The Japan–Korea Treaty of 1905, also known as the Eulsa Protective Treaty or Japan–Korea Protectorate Treaty, was made between the Empire of Japan and the Korean Empire in 1905. Negotiations were concluded on November 17, 1905.
In the metonymy “Ulsa Treaty,” the word Eulsa or Ulsa derives the Sexagenary Cycle’s 42nd year of the Korean calendar, in which the treaty was signed. It was influenced by the result of the Russo-Japanese War.
Following Japan’s victory in the Russo–Japanese War, with its subsequent withdrawal of Russian influence, and the Taft–Katsura Agreement, in which the United States allegedly agreed not to interfere with Japan in matters concerning Korea, the Japanese government sought to formalise its sphere of influence over the Korean peninsula.
Delegates of both Empires met in Seoul to resolve differences in matters pertaining to Korea’s future foreign policy; however, with the Korean Imperial palace under occupation by Japanese troops, and the Imperial Japanese Army stationed at strategic locations throughout Korea, the Korean side was at a distinct disadvantage in the discussions.
On 9 November 1905, Ito Hirobumi arrived in Seoul and he gave the letter from Emperor of Japan to Gojong, Emperor of Korea, asking him to sign the treaty. On 15 November 1905, he ordered Japanese troops to encircle the Korean imperial palace and threatened the emperor in order to force him to agree to the treaty.
On 17 November 1905, Hasegawa and Ito entered the Jungmyeongjeon Hall, a European-style building that was once part of Deoksu Palace, to persuade Gojong to agree, but he refused. Ito pressured the cabinet with the implied, and later stated, threat of physical bodily harm, to sign the treaty. According to 한계옥(Han-Gyeok), Korean Prime minister Han Gyu-seol disagreed, shouting loudly. Ito ordered the guards to lock him in a room and said if he continued screaming, they could kill him. The Korean cabinet signed an agreement that had been prepared by Ito in the Jungmyeongjeon. The Agreement gave Japan complete responsibility for Korea’s foreign affairs, and placed all trade through Korean ports under Japanese supervision.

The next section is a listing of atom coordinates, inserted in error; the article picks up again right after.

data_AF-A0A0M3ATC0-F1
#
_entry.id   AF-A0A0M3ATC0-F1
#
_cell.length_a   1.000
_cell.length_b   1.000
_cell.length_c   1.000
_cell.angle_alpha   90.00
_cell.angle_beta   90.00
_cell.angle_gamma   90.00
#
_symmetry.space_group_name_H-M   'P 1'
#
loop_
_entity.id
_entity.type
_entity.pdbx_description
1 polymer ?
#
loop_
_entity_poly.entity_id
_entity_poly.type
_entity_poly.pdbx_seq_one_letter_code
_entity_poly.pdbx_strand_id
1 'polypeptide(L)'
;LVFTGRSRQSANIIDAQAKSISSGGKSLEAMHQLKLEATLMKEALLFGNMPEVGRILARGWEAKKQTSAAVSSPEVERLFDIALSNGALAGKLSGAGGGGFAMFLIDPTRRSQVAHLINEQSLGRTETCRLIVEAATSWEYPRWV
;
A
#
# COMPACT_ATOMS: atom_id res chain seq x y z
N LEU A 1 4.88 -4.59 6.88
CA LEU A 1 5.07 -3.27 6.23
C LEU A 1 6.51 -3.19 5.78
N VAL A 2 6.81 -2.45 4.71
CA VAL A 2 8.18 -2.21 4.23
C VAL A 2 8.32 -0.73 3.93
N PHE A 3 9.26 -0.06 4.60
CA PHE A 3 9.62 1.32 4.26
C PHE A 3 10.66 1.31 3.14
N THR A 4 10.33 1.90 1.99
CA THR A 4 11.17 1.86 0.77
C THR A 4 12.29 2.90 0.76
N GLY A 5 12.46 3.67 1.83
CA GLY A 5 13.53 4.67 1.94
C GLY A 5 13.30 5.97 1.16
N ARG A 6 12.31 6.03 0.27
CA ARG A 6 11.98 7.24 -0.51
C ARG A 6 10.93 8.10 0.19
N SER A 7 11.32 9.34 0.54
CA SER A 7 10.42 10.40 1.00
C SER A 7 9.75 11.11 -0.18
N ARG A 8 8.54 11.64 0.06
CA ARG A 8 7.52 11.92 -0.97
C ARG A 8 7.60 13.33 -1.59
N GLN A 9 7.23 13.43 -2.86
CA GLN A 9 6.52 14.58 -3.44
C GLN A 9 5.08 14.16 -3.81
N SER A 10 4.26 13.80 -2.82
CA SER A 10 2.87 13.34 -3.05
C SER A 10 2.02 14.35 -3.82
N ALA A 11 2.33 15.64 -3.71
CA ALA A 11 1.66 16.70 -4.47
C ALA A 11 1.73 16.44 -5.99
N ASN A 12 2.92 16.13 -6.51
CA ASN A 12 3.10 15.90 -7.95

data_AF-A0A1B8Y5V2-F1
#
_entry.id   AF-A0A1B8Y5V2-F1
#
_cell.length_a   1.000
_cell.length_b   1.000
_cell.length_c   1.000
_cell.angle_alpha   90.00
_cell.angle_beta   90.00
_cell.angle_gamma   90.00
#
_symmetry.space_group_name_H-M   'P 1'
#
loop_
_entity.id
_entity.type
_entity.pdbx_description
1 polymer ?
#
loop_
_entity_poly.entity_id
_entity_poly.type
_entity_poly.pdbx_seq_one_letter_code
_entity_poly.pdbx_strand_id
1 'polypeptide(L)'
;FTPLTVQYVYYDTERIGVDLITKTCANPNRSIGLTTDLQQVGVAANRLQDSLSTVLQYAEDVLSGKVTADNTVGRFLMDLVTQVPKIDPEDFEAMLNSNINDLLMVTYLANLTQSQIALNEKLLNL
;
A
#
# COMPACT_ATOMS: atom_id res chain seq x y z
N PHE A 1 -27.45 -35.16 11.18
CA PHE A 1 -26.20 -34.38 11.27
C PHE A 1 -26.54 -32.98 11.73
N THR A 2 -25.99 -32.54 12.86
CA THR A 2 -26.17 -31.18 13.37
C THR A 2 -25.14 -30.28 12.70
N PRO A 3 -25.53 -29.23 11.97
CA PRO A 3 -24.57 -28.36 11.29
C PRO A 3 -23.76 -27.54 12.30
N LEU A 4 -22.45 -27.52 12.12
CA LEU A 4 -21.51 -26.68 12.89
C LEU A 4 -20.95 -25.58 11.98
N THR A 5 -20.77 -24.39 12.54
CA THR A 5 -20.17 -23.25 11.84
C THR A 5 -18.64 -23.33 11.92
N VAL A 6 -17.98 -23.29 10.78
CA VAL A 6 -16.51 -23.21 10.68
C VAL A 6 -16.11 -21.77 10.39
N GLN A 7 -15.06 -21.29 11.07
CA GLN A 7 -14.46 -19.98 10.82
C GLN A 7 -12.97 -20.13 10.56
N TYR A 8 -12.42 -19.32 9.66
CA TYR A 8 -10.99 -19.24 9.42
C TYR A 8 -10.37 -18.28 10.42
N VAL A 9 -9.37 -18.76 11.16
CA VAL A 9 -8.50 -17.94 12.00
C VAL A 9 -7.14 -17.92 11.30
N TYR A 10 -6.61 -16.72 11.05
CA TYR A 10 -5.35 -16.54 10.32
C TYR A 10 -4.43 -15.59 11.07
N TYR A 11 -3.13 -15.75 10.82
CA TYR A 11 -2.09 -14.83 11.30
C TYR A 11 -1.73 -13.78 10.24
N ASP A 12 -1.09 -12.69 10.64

The Five Eulsa Traitors refers to those officials serving under Emperor Gojong who signed the Eulsa Treaty of 1905 making Korea a protectorate of Japan. The five officials were Education Minister Yi Wan-yong, Army Minister Yi Geun-taek (ko), Interior Minister Yi Ji-yong (ko), Foreign Affairs Minister Pak Je-sun (ko), and Agriculture, Commerce, and Industry Minister Gwon Jung-hyeon (ko).
Opposition to the Treaty was made by Prime Minister Han Gyu-seol and by the ministers of finance and justice, but they and the politically weakened Gojong were unable to effectively resist the Five, even though the Emperor refused to sign the treaty himself, an act required to bring the treaty to conclusion under Korean law. The Japanese government forced Prime Minister Han to step down and installed Park in his place.
In 2005, the Research Center for National Issues (민족문제연구소) identified the names of the five officials responsible for the Eulsa Treaty, as part of its efforts to compile a directory of individual Koreans who had collaborated with the Japanese before and during its colonial rule.
Explanation of the picture: After signing the Eulsa or Protectorate Treaty, Korean and Japanese officials pose for a photo at the Deoksu Palace in Seoul on Nov. 17, 1905 in this file photo. At fifth from left in the front row wearing a black garment is Hirobumi Ito, Japan’s first prime minister and resident general dispatched to Korea, who was assassinated by Ahn Jung-geun in Harbin, northeastern China, on Oct. 26, 1909.